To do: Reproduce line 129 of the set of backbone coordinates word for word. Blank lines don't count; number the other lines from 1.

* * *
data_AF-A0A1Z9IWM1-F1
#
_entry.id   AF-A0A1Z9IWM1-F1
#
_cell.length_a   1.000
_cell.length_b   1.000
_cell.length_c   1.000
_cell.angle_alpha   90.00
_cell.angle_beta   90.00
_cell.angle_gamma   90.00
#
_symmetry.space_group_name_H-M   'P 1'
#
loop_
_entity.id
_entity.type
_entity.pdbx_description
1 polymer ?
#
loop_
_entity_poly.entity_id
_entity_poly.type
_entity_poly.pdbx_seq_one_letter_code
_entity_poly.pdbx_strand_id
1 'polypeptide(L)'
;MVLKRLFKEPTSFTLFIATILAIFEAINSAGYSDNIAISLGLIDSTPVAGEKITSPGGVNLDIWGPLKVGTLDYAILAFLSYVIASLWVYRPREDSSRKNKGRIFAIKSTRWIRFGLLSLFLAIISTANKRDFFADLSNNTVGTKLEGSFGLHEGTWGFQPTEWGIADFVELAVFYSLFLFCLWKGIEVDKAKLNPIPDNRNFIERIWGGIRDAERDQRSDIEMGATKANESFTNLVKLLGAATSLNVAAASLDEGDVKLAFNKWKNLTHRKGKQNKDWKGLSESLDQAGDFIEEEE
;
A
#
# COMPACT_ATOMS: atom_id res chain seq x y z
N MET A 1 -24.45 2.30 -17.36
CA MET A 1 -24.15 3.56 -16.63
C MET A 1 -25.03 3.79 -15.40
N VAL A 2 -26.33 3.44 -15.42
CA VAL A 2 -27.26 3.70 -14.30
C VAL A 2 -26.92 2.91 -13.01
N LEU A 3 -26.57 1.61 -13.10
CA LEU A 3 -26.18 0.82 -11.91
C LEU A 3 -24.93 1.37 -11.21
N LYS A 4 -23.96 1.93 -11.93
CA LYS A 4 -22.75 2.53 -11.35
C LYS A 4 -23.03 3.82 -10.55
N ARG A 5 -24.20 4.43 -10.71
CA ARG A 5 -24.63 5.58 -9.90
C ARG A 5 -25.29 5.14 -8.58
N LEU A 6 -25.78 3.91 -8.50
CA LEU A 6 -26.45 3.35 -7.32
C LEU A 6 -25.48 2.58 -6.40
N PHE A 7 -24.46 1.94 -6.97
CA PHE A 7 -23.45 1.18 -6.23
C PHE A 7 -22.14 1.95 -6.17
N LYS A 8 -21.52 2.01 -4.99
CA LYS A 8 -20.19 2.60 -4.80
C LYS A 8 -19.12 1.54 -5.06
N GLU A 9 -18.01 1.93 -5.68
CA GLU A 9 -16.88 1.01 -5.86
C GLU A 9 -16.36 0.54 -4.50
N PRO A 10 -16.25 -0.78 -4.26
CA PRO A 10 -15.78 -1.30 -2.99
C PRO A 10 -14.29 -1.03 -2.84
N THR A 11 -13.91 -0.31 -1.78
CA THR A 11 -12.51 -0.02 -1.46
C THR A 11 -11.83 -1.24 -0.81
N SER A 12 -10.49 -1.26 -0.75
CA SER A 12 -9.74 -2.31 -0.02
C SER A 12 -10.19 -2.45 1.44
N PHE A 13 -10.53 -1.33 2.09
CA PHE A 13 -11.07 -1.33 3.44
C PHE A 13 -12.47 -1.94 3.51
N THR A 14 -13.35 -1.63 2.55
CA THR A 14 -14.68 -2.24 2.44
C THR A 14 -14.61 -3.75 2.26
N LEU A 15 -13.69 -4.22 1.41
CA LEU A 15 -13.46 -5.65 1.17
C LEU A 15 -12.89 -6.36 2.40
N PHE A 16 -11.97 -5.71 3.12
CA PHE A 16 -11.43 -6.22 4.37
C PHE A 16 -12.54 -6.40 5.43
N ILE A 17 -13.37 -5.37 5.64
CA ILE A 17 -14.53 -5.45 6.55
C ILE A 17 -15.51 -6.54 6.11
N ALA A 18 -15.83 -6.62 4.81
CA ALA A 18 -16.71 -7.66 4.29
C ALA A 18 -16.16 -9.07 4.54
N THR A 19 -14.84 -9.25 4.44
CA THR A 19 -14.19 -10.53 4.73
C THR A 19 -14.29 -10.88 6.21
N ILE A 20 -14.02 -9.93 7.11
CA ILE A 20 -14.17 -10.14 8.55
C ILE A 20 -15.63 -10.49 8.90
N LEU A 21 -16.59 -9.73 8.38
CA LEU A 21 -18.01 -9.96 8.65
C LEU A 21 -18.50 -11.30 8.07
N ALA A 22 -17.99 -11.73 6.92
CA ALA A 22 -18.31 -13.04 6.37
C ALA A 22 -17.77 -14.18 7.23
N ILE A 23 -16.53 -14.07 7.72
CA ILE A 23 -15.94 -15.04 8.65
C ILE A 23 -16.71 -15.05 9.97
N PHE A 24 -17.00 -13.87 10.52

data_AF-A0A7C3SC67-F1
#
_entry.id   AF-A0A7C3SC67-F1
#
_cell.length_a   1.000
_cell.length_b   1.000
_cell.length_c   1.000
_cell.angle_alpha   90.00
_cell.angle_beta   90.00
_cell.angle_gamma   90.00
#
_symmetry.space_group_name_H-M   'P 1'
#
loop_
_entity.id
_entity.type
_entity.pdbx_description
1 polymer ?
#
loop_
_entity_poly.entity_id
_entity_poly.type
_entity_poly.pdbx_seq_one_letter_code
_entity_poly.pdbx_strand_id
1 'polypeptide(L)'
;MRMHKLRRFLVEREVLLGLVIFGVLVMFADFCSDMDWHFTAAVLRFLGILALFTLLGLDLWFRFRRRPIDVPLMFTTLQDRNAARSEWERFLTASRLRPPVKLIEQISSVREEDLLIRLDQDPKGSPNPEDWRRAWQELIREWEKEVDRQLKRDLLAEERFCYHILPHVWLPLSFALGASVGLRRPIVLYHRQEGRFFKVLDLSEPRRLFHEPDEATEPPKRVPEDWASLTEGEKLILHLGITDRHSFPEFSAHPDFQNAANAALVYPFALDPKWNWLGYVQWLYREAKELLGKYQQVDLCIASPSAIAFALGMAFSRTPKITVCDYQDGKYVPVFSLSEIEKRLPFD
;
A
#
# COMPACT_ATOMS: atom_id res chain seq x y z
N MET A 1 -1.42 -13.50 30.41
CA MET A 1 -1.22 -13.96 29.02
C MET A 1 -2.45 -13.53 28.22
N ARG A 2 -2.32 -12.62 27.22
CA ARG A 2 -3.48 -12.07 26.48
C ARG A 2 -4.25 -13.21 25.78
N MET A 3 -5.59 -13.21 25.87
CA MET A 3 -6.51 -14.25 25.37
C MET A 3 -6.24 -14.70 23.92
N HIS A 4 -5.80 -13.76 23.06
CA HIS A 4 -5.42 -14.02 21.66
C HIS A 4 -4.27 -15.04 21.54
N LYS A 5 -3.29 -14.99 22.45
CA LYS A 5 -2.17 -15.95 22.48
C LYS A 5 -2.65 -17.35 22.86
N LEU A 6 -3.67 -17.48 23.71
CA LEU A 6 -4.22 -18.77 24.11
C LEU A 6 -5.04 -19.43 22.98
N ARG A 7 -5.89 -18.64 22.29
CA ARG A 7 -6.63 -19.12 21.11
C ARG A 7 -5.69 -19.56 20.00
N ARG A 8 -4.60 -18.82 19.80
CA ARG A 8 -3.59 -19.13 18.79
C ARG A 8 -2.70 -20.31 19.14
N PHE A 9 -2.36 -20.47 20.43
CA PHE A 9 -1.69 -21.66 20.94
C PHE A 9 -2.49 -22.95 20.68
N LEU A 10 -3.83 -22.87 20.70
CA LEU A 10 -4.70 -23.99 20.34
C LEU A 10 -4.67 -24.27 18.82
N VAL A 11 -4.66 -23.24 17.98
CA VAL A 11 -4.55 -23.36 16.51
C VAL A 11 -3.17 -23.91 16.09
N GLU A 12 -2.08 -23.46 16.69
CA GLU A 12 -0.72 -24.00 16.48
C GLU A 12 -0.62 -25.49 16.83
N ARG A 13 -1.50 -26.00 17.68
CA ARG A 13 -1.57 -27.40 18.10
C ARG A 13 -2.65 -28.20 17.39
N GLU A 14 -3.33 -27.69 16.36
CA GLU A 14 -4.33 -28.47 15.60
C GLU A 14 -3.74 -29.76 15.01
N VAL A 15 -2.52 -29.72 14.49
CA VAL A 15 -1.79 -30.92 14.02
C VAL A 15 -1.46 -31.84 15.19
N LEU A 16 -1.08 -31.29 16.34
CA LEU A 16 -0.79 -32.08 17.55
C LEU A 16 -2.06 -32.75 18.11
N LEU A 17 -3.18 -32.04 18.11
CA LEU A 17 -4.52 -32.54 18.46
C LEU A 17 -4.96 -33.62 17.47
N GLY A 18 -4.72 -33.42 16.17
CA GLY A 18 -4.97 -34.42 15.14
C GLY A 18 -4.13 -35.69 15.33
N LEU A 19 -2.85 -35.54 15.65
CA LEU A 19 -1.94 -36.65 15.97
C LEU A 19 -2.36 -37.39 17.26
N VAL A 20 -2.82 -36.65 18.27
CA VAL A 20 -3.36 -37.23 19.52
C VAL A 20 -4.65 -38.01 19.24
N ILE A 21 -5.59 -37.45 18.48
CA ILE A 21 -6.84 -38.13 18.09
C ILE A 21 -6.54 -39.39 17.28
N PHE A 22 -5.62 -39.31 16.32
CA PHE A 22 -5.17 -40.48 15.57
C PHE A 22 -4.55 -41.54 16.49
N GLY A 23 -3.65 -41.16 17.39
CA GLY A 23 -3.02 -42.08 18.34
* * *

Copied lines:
#